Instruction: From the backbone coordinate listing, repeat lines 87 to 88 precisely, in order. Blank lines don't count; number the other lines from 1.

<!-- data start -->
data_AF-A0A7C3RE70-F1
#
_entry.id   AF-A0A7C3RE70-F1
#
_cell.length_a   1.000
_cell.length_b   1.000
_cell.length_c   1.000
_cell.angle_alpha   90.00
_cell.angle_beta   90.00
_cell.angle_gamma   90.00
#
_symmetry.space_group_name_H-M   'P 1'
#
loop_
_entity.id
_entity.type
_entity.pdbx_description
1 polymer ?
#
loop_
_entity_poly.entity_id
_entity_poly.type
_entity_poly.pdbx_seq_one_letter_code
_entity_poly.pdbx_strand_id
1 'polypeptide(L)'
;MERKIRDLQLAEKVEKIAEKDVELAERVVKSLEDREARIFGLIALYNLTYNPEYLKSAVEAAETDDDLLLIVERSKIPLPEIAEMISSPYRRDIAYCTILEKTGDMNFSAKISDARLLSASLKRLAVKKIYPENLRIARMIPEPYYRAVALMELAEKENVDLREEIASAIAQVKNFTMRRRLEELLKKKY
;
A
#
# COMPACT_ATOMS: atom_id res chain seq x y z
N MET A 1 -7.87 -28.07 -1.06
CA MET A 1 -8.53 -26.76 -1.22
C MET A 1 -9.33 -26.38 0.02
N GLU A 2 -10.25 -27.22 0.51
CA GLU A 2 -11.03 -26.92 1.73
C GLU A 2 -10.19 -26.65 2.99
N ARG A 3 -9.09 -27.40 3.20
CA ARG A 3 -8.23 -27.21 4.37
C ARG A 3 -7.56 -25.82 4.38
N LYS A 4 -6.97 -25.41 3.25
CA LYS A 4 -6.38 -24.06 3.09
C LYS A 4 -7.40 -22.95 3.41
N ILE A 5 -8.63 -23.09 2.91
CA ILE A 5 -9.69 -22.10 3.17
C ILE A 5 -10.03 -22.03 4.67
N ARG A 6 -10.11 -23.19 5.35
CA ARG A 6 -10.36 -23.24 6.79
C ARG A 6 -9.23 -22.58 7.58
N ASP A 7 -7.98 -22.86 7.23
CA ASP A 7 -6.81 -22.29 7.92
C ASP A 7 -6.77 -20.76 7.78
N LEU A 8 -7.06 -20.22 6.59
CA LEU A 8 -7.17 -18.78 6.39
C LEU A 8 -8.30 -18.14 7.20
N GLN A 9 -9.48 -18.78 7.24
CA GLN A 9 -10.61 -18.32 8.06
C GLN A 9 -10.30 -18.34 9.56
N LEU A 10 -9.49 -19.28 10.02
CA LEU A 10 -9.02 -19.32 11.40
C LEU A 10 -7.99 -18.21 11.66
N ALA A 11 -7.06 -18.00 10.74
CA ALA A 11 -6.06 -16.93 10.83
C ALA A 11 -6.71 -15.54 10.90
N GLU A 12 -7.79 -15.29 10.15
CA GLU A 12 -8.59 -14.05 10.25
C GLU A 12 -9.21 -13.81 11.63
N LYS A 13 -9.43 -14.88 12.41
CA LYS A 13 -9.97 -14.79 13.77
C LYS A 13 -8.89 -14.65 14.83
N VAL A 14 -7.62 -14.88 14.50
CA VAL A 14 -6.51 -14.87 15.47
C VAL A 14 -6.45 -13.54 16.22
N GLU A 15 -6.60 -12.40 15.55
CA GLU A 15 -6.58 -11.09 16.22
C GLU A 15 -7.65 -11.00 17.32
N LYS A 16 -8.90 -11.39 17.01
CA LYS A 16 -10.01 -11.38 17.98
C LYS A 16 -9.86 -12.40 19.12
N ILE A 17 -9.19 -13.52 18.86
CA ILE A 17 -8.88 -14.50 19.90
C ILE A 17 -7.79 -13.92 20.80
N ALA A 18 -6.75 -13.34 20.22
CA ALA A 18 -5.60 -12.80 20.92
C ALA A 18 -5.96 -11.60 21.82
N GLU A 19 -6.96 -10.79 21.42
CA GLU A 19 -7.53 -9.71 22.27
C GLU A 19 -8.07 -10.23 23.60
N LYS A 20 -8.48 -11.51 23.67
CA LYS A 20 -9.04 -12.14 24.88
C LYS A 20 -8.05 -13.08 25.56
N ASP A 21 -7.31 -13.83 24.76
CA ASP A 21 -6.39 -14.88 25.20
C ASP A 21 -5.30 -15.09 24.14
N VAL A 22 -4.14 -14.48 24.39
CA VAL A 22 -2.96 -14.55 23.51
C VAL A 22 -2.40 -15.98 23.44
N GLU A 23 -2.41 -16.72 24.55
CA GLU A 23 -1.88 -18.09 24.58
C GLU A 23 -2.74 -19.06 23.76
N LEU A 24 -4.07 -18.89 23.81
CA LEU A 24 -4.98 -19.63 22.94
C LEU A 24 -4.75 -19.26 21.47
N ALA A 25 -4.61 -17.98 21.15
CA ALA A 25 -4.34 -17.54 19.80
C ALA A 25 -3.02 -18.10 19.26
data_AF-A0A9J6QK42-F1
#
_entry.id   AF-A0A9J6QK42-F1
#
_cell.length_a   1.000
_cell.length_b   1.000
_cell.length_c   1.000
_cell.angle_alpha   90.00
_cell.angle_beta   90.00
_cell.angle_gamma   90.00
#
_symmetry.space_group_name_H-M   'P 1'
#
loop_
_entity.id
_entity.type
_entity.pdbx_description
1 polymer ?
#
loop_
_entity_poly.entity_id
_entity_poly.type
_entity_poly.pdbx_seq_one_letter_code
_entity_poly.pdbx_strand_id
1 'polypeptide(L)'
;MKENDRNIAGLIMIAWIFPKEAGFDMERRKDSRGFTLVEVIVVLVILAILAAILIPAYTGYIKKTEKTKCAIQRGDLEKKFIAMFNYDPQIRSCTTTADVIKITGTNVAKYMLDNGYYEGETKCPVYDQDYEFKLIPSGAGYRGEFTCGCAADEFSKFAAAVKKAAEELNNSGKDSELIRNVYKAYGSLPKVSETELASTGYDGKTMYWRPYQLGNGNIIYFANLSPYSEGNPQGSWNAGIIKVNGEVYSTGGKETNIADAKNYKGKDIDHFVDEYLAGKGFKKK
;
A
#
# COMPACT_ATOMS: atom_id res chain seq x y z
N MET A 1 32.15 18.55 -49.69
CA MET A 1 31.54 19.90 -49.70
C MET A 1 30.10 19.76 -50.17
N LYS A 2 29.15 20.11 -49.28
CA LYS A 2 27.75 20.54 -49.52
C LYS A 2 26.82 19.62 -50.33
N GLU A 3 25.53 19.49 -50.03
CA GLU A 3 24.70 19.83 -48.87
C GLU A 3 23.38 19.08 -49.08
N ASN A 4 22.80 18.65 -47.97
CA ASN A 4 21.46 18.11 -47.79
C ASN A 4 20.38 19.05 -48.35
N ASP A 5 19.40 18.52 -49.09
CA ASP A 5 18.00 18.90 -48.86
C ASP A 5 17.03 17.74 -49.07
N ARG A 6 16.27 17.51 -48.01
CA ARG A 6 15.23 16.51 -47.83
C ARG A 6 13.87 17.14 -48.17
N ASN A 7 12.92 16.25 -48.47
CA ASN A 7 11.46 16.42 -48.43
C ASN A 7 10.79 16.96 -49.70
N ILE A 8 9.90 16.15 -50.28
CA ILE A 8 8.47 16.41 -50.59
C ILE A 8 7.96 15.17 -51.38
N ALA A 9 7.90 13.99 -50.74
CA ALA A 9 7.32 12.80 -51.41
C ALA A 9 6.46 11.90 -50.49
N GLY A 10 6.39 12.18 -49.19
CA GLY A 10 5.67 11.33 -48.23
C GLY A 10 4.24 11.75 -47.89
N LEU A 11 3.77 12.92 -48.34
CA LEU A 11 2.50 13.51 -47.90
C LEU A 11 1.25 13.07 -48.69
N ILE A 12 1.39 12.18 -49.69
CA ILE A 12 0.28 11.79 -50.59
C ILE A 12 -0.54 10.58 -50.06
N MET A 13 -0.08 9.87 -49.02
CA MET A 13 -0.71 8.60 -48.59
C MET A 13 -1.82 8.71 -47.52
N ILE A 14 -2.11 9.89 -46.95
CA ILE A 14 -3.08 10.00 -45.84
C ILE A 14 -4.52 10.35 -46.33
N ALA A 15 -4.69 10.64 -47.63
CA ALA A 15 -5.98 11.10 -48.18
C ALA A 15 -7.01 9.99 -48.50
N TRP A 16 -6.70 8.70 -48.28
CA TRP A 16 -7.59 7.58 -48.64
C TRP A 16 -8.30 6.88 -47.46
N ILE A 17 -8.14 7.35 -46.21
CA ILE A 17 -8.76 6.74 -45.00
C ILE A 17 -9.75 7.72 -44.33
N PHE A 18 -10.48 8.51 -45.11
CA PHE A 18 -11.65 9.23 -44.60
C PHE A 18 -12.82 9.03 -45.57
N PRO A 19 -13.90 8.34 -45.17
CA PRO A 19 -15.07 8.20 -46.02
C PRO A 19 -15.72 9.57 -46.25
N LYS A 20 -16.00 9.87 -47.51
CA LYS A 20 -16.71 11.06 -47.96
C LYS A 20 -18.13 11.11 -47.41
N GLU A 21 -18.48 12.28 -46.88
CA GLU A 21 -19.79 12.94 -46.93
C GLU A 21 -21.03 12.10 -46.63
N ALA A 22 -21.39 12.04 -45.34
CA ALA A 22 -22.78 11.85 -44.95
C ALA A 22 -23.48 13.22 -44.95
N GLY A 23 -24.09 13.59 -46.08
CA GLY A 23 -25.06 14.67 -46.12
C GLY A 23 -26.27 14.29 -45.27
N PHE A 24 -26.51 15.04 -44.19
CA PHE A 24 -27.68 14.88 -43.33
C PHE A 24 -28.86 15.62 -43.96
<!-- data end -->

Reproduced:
C GLU A 19 -8.07 -10.23 23.60
N LYS A 20 -8.48 -11.51 23.67